Setup gives message "Not ready reading Drive G, Abort, Retry Fail?

Hi.
I currently multi-boot into Win NT, MS-DOS 6.22 and SUN Solaris. Ive got spare disk space and would like also to boot into Win 95. When I boot into MS DOS and run either the Win 95 installation disc's setup.exe in G:\ (G being my CD-ROM drive) or the one in G:\Win95, I get the error
message:

 "Not ready reading Drive G. Abort, Retry, Fail?"

Oddly enough, I'm able to install other apps such as MS Word and MS FrontPage off of my CD ROM drive. Also the command 'setup /?' works, displaying a list of command options, leading me to think that the cd-rom isnt at fault but rather that theres a ghost hiding deep within the recesses of my computers architecture. Oh and also, although I know it isnt possible to run Setup from Windows NT, when i try to "Browse this CD" from the graphical display, I repeatedly get the error "Please reinsert your Windows 95 CD-ROM"

Does any expert know what could be wrong? Please help. Thanks a lot. David Makil.

dmakil@mandm-trading.cnchost.com


dmakil2Asked:
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dmakil2Author Commented:
Edited text of question
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smeebudCommented:
Turn off Autoinsert notification.
And check you bios to see that G is defined.
What version of 95? OSR2?

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johnt082197Commented:
If you have enough hard drive space, make a temporary directory on it and copy the contents of that CD ROM drive in it.
Try to install from there.
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magigrafCommented:
dmakil2...

Can you update on how many Drives, and partition you have and where each OS is installed??  It's crucial to know.  You have to understand also that NT does not support FAT32, therefore it could be a problem here with NT.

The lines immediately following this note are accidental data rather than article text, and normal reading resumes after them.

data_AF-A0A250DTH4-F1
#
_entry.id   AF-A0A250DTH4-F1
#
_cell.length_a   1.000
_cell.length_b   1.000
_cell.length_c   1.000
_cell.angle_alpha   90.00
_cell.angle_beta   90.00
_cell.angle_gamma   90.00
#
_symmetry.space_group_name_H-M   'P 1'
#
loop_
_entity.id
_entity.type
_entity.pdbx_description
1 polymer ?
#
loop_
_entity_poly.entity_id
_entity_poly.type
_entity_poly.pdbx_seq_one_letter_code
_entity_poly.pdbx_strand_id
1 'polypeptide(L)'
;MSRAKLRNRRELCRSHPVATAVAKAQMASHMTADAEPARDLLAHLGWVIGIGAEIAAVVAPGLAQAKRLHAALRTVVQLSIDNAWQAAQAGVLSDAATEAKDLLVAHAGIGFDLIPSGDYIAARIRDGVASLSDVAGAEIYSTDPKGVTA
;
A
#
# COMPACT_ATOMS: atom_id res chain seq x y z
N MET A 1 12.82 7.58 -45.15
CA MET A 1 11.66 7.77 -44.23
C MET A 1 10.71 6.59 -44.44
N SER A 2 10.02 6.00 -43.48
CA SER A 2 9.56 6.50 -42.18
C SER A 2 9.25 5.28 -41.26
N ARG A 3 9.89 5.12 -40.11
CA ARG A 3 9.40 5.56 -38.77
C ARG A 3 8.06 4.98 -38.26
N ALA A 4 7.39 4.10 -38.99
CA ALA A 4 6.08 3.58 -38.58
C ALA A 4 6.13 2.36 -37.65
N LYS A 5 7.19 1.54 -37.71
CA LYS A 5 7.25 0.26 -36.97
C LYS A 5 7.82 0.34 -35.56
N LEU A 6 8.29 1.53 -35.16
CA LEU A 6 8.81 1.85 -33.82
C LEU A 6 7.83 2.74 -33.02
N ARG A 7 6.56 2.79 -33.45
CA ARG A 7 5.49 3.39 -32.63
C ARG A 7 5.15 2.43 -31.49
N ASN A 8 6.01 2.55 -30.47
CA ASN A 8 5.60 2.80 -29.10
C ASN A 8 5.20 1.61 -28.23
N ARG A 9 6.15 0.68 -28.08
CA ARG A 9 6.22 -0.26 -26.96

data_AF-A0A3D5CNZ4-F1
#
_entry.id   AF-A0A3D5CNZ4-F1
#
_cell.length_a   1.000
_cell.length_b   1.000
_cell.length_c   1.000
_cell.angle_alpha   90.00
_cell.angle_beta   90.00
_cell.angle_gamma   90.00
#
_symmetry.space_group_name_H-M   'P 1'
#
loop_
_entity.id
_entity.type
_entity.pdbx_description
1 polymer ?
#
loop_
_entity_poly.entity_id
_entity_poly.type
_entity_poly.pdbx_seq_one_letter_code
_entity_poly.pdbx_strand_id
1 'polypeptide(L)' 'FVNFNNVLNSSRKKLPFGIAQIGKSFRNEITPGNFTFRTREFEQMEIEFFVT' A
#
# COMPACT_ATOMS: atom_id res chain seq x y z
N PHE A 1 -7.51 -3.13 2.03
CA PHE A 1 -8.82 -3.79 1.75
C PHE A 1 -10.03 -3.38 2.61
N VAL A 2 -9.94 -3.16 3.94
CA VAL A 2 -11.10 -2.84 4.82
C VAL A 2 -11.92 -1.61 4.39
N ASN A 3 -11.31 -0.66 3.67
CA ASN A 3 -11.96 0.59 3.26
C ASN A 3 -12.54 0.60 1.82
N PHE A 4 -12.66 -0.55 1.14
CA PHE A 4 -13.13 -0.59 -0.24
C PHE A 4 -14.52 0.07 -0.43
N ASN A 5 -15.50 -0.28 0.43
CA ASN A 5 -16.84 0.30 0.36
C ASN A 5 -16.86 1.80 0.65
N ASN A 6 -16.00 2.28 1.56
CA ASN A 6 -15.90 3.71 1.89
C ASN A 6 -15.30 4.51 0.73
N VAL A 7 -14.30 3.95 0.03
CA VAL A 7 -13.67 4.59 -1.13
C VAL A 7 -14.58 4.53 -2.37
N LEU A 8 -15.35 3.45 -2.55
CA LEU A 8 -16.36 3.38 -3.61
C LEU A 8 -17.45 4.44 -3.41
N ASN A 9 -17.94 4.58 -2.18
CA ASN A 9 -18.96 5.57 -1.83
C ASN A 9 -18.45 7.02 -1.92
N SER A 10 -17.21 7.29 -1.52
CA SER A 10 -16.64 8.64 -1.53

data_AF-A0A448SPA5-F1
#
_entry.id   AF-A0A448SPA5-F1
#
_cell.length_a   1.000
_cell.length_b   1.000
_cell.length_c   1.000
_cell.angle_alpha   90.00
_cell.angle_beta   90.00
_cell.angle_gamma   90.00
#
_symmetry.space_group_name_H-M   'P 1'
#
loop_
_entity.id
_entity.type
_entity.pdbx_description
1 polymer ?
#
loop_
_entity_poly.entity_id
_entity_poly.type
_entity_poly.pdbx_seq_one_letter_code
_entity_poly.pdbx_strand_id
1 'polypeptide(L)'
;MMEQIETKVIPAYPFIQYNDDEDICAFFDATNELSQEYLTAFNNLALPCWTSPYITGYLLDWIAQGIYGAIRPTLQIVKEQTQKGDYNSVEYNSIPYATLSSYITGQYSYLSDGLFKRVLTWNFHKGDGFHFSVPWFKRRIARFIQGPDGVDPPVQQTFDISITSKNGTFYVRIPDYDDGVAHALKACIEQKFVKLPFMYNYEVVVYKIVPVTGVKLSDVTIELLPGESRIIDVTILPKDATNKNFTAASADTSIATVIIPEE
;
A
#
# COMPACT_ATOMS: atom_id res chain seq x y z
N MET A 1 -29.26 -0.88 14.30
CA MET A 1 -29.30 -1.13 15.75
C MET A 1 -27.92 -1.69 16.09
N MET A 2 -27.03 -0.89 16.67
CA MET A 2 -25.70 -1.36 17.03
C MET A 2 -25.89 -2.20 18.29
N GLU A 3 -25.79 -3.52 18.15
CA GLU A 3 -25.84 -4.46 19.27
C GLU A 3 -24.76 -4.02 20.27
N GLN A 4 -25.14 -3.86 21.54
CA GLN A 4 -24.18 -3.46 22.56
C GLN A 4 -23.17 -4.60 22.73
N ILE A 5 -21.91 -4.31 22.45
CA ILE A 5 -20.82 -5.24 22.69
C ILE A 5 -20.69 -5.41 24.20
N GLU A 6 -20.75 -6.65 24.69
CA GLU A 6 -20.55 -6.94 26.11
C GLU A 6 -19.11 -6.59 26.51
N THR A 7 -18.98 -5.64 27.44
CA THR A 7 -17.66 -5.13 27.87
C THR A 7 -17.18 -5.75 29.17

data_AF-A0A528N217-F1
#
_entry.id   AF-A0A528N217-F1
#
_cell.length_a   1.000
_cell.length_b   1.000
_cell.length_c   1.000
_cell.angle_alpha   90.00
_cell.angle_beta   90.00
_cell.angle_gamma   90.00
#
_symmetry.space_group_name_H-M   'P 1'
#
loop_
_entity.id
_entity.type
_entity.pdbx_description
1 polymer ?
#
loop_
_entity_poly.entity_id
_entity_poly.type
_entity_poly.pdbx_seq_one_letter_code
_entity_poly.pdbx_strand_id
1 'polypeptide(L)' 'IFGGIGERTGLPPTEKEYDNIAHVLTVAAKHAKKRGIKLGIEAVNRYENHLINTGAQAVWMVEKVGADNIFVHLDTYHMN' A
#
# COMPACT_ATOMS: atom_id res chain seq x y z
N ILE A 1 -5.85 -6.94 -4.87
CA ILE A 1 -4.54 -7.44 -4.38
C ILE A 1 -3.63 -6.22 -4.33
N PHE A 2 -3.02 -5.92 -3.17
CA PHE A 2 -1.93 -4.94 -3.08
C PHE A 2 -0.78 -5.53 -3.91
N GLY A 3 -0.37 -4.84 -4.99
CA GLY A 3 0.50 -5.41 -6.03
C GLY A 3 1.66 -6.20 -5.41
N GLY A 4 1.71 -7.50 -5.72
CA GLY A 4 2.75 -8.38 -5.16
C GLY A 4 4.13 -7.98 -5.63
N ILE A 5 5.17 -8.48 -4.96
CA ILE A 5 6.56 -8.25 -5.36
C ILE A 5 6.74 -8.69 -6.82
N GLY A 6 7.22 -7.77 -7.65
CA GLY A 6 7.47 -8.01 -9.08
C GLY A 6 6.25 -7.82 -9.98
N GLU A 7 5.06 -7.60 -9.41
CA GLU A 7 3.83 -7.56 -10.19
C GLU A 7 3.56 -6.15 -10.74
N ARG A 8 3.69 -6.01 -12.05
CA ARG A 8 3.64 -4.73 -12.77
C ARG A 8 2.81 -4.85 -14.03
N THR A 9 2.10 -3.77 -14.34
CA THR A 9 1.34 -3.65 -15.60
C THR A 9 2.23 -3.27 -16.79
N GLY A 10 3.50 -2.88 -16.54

Wait for your post
Regards
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robandrwCommented:
How do you that the CD-ROM is the G drive when you boot from DOS?  Do you specfically assign G to the CD-ROM on the MSCDEX command in your autoexec.bat.
If not, the CD-ROM might not be the drive you expect
When you boot your system in MS-DOS, it will ignore any partitions that it does not understand so the CD-ROM will probably be a lower drive ID than you expect. You should add /L:x to the MSCDEX command line where x is a drive id that is know not to exist. (You should also ensure that you have LASTDRIVE=Z in your config.sys to ensure that DOS leaves enough internal memory to use your drive ID.

Best of luck.
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Victor SpiridonovCommented:
Try running CD check on your Win'95 CD ROM. If you are able to instaal other software ,could be that the disk itself is faulty. Have you tried another disk?
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smeebudCommented:
Because I believe in this superior Product I'm offering to you as an answer:
Partition Magic.
http://www.powerquest.com/